Abortion u-turn, housing pivot: Chris Luxon's first day as leader

Author
Thomas Coughlan, NZ Herald,
Publish Date
Wed, 1 Dec 2021, 6:17PM
(Photo / NZ Herald)
(Photo / NZ Herald)

Abortion u-turn, housing pivot: Chris Luxon's first day as leader

Author
Thomas Coughlan, NZ Herald,
Publish Date
Wed, 1 Dec 2021, 6:17PM

Chris Luxon had a busy first full day as National leader fronting morning media, being interviewed for 6pm news, not to mention the policy stuff, like reversing a controversial abortion vote and preparing for a possible showdown with Labour on housing reform. 

He began the day with a roar: fronting radio and television to highlight his new style of leadership. 

Luxon decided to reverse a previous vote on abortion law reform. He was one of just 15 MPs to vote against a bill banning protest in "safe areas" outside abortion clinics. 

He's now said, following changes to that bill, he'll vote for it at second reading. 

He also promised a reshuffle, to be unveiled on Sunday. The details of that reshuffle will be drawn up over the next couple of days. 

The wider National Party is keen to capitalise on the hope Luxon can draw a line on four chaotic years in opposition; on Wednesday evening, President Peter Goodfellow emailed supporters asking them to open their chequebooks and donate to support the new regime: "we have a chance to start afresh,' he said. 

The biggest policy question mark is over Labour and National's bipartisan housing deal, following the election of Luxon as National's new leader. 

The deal promised to allow the building of a minimum of 48,000 and as many as 105,000 additional homes by 2028. The way it would do this is by allowing property owners to build three homes up to three stories tall on most sites.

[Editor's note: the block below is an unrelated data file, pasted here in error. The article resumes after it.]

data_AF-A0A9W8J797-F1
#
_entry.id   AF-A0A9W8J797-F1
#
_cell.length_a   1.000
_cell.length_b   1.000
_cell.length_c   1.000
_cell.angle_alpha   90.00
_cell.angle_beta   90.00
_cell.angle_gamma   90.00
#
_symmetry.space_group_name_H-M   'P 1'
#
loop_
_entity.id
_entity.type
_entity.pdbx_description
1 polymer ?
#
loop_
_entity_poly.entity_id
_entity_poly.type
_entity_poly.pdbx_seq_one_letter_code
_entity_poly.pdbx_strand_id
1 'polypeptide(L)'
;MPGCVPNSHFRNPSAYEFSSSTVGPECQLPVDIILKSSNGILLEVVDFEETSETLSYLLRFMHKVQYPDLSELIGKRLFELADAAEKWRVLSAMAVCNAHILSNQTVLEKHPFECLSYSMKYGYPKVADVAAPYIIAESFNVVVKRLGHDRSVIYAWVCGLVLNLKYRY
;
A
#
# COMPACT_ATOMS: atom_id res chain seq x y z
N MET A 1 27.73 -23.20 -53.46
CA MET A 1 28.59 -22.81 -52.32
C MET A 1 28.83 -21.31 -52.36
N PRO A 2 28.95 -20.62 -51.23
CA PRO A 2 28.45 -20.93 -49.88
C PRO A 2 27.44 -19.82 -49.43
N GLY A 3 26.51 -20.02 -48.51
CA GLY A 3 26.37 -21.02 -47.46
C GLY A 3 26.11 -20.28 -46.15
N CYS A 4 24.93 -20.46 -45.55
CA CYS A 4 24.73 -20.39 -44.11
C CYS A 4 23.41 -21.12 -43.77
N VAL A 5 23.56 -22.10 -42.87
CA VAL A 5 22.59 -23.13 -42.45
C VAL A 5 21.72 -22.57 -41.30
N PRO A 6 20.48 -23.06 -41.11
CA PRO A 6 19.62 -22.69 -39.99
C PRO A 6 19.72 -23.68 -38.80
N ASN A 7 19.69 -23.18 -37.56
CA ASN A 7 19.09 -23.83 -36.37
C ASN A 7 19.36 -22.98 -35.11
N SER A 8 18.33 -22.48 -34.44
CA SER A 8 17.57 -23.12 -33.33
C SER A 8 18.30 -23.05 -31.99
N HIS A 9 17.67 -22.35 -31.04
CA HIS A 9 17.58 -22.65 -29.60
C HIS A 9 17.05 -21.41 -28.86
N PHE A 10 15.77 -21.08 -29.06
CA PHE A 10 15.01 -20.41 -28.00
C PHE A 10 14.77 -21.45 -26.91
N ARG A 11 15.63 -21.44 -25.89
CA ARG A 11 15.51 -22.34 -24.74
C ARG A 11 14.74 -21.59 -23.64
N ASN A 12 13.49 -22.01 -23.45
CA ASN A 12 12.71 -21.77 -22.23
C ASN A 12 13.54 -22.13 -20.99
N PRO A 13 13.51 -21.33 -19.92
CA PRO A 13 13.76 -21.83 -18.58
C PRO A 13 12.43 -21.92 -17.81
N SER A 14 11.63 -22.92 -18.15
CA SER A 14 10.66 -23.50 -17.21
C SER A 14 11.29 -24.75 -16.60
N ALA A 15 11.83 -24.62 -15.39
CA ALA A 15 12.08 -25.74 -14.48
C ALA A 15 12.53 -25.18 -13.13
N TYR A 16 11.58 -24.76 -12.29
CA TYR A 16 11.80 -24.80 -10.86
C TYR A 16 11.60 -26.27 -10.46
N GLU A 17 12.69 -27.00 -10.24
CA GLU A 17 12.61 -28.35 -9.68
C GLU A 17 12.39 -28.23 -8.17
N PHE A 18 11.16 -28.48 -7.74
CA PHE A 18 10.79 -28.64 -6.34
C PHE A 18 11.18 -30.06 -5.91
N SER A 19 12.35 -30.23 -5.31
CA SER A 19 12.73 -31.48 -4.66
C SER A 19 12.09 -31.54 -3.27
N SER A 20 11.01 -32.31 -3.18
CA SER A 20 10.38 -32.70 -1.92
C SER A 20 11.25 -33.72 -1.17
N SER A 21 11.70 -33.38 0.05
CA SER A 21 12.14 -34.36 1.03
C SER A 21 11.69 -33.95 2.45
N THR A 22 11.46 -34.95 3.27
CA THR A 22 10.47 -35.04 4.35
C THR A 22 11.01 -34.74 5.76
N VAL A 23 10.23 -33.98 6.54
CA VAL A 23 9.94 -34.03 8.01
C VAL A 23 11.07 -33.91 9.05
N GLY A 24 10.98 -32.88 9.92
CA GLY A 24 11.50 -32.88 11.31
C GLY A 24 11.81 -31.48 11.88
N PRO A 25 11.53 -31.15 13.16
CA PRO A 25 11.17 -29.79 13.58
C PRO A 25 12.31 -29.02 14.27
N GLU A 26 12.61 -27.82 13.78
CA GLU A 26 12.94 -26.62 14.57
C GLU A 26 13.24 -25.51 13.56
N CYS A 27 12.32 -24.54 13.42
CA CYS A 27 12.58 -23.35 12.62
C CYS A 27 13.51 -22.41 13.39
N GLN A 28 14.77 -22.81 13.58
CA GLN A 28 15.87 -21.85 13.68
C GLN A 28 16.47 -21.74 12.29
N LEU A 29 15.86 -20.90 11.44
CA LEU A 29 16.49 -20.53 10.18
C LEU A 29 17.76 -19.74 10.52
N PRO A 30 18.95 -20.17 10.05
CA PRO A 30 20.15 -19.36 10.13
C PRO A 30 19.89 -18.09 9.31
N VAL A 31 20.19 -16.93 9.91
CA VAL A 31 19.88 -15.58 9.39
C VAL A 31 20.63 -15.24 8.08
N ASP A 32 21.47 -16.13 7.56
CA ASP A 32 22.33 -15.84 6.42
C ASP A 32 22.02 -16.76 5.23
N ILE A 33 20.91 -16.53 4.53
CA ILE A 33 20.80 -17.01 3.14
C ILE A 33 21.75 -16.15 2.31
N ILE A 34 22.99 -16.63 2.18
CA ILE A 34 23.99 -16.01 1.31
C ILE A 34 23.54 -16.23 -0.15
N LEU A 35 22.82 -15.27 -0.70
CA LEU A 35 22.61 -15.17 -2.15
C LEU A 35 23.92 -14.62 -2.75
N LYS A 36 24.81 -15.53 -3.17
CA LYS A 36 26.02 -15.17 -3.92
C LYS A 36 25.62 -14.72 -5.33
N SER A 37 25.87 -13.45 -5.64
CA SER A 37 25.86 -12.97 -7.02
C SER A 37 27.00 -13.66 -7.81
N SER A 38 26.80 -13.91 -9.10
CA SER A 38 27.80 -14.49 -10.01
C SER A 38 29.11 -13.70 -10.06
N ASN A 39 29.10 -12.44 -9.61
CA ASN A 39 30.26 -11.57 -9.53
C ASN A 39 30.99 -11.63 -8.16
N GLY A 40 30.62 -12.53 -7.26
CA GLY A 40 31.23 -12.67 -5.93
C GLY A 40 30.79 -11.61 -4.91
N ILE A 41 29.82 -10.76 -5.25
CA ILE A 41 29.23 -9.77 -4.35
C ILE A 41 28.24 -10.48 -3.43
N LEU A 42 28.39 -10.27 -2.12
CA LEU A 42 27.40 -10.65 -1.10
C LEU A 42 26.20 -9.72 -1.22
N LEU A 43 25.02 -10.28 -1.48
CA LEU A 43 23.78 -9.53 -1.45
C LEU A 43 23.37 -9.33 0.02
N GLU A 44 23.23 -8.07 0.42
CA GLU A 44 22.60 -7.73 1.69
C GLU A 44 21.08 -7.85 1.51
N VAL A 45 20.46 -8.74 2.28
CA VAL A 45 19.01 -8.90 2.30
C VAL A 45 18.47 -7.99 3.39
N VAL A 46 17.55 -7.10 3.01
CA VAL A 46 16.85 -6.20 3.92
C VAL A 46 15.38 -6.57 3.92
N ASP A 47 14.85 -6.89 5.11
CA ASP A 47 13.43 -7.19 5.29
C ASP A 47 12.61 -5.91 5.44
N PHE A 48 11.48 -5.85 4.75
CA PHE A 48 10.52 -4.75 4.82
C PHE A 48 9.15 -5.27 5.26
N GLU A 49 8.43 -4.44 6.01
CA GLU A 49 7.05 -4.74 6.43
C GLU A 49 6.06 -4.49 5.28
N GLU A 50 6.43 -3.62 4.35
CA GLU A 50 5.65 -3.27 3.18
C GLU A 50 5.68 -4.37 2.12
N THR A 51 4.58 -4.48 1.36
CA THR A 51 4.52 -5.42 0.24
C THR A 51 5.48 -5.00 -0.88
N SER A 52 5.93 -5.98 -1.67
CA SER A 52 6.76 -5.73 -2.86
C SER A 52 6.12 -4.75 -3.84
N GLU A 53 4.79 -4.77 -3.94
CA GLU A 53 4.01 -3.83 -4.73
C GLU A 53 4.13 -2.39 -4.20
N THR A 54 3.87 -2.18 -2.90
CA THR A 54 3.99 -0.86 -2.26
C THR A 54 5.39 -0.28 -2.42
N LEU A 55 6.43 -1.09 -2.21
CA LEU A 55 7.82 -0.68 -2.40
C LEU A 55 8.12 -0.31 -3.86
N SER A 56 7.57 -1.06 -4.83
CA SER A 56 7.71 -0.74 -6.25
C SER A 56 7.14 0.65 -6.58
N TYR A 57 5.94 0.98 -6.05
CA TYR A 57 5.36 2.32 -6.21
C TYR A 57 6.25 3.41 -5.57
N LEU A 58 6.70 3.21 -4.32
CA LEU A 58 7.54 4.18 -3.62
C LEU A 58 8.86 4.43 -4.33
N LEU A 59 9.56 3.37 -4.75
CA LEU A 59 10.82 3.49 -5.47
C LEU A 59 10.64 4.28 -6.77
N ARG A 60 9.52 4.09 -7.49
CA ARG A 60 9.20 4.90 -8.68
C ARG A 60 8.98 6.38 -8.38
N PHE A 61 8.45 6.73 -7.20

Both Labour and National, having wrestled for decades with balancing the concerns of people wanting to get on the property ladder with those who want to block development in their neighbourhoods, tied their fortunes together and backed the bill which will implement the changes. 

Now under new leadership, National says it would like to revisit the policy. 

This is not in itself a reset. The bill that gives effect to the new rules is currently in select committee and due back tomorrow. 

Negotiating the text of that report with Labour MPs, and deciding whether both parties can continue to back the reforms is Luxon's first real policy test as leader. 

National had already committed to amending the legislation. 

Last week, housing spokeswoman Nicola Willis, not yet the party's deputy leader, said "there have been a number of issues raised as was expected". 

And that she expected "there will be a number of constructive amendments to address a number of those issues". 

Following the change of leadership, both Willis and Luxon clarified the kind of changes National is thinking about. 

They fall into two camps: 

"One is around building design standards - that's things like height ratios, and those sorts of things," Luxon told the Herald. 

"The second thing is giving more discretion to local governments for how they do intensification," he said. 

The question looming over these suggestions is whether amending the bill along those lines will neuter the bill and render it ineffective, solving National's political problem, but at the cost of not fixing the housing crisis. 
 
The other question is whether Labour will agree to National's changes. 

With its majority, Labour has no legislative need to keep the deal with National, but allowing the party to drop out of the deal could expose Labour to the kinds of political attacks it was trying to avoid. 

The Herald first reported on National MPs' discomfort with the bill in early November. 

But when these concerns were put to Collins, then the leader, she did not seem overly sympathetic to the idea of backing down. 

Collins baulked at the suggestion of new design standards. 

"Has he looked at some of the housing that his planners have approved in my electorate," Collins said of Auckland Mayor Phil Goff. 

"He's approved an awful lot of ugly housing, and by the way - what's really ugly is people having nowhere to be, nowhere to stay," she said.